Today, I received the Google Glass kit for the first time. After playing with it for a few minutes to figure out how it works, I let my friend try it out. When I get it back, it’s filled to the brim with videos of me from the past five minutes going about my business. I had no clue that she had been taking these videos, and if she hadn’t told me about it, I may have never known that they existed.
I found this to be rather uncomfortable. Not because my friends could take videos of me without my knowledge (they do that already), but because ANYONE with a Google Glass could take videos or pictures of me without my knowledge. Now, I’m not a stickler about my own privacy by any means, but in a world filled with Google Glass wearing pedestrians, I don’t think I would enjoy the constant thought that anybody looking at me throughout my day could actually be recording me.
I’d like to note that although I wouldn’t enjoy this thought (and I’m sure most people wouldn’t), I think eventually we would slowly become numb to it to the point that we are aware of it but simply don’t care. I’m basing this on the fact we’ve seen this happen many times before over the past few decades, just with different technologies. First, cameras became affordable enough for the average Joe to buy one, which entertained the idea that now strangers could photograph you. Since then, cameras have gotten smaller, added video taping functionality, and gotten into everyone’s phones. With each new iteration, a persons privacy has been stripped away one layer at a time, causing outrage at first, and acceptance over time.
But now we’re back to the present and Google has given us a device to making photography even creepier, and many people are not too happy about it. One of the first apps created for Glass was a video taping app that disabled the record light on the front of the glasses, even during recording. This may have been done to make a point about how vulnerable the technology is, but I’m confident that there are people out in the world who would use that app to help them be sneaky. The fact is that with all new technologies, there will always be people who are going to use it for evil. In this case, some people will use Glass to film unknowing bystanders. Guaranteed.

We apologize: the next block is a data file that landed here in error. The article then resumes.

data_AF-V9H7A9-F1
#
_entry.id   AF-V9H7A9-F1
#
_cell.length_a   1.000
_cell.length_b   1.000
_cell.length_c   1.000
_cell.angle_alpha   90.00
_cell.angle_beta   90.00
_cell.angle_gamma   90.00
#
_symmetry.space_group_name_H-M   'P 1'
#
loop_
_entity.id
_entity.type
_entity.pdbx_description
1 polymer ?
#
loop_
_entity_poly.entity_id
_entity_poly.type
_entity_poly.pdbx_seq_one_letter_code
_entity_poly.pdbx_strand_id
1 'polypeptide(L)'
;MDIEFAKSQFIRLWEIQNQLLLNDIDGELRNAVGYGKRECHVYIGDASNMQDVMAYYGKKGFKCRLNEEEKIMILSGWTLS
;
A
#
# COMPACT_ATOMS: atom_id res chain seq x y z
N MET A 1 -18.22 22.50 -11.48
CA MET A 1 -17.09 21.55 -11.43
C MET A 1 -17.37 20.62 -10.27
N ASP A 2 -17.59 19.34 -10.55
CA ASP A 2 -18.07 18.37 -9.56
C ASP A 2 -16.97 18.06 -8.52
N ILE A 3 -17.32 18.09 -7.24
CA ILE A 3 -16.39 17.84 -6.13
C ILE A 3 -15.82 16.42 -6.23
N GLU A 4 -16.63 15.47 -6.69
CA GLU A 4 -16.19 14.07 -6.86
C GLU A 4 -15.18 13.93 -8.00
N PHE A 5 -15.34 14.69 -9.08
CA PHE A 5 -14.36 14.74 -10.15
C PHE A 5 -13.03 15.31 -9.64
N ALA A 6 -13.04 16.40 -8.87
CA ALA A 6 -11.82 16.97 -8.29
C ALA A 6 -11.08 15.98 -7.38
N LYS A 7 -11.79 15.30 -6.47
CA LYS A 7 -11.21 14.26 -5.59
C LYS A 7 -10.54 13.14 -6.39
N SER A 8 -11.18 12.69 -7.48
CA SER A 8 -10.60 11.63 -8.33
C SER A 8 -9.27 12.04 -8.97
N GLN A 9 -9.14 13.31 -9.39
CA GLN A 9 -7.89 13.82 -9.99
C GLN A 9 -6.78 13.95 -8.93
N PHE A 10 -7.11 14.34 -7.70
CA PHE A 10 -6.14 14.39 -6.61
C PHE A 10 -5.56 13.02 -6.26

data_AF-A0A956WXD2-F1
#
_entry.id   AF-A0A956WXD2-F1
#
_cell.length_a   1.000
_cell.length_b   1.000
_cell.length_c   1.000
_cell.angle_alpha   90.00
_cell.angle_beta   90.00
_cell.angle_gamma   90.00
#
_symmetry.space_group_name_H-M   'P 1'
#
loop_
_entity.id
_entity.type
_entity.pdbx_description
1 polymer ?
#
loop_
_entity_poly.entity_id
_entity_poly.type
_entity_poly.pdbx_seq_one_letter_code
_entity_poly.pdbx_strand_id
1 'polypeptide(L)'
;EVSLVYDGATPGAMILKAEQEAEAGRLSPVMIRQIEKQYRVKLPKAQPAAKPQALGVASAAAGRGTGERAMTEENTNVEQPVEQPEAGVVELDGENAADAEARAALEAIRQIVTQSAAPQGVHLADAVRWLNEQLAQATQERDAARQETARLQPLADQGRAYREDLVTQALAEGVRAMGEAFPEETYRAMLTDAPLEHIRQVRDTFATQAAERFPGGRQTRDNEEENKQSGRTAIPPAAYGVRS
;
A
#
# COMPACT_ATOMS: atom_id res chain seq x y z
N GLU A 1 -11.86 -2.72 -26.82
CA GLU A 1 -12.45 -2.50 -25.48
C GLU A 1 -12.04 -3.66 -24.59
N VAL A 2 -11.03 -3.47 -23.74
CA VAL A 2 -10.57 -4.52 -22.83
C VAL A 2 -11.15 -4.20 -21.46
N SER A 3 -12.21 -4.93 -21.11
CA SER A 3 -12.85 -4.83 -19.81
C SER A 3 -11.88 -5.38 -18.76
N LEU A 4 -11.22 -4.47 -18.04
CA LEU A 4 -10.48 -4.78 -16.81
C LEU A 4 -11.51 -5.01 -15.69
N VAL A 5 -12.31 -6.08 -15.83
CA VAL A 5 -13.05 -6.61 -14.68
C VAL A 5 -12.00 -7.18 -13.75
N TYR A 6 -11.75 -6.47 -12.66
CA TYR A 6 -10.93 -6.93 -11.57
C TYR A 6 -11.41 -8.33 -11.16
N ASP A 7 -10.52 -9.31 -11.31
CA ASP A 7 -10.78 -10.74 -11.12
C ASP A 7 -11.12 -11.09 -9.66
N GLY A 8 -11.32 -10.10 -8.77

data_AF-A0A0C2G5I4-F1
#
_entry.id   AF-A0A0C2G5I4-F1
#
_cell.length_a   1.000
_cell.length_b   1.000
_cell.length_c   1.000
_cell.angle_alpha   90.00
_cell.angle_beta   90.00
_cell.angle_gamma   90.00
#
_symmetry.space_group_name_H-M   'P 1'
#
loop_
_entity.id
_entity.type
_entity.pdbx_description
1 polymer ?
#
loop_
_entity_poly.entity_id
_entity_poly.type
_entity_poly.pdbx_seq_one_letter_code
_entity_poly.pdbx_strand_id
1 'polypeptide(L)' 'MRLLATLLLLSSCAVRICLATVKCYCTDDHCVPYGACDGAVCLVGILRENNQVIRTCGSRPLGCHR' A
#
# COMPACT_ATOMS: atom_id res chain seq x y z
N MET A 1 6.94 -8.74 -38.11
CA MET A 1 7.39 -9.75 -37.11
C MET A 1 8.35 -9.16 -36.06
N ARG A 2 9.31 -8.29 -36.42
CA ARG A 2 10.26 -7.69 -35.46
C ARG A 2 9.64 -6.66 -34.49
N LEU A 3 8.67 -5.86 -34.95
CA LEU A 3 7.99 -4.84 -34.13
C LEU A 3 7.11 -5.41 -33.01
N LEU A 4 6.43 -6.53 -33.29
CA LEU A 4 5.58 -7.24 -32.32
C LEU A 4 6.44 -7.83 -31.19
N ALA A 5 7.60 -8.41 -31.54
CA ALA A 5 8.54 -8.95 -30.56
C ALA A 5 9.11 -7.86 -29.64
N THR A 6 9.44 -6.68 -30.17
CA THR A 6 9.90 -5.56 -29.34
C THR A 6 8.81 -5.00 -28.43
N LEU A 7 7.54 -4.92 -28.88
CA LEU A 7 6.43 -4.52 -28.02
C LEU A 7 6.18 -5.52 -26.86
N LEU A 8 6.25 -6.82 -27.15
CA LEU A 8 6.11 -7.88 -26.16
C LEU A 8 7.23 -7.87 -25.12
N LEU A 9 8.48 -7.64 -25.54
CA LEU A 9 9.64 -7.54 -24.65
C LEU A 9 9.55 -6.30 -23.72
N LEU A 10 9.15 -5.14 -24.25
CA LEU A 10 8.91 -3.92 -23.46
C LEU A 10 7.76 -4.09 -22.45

Reactions to the Glass prototype being released and distributed have involved many restaurants, bars, and even a pet store to ban the product on their property. They claim that their patrons should be able to “have some reassurance that they can let off a bit of steam and be silly for an evening without it being splashed all over YouTube without their prior knowledge”. Most of these establishments are located in the the Bay Area as well as Seattle, where most of the prototypes have been dispersed, but as they spread East, more places of business will likely follow suit.
In addition to business owners, ordinary people have been up in arms over Glass (sometimes literally). There have even been a few cases of wearers of Glass being assaulted in the streets. In a less violent setting, a group of people has started a coalition called Stop The Cyborgs that has made it its mission to see that Google Glass never gets in the hands of the general public (although I’m pretty general so I guess they’ve already failed). I’ll post their website below so you peruse what they have to say.
In all, I’m interested to see how the Glass project turns out. Of course, there are those who are vehemently against it and there are those who really aren’t bothered by it, but I’m not sure how many people fall into each category (I don’t even know where I would fall on the spectrum). I had heard of the unrest that Glass was causing long before today, but I never understood how easy it really is to discretely invade your privacy with it until I saw it with my own eyes.
Stop The Cyborgs official site (hey, at least they use wordpress)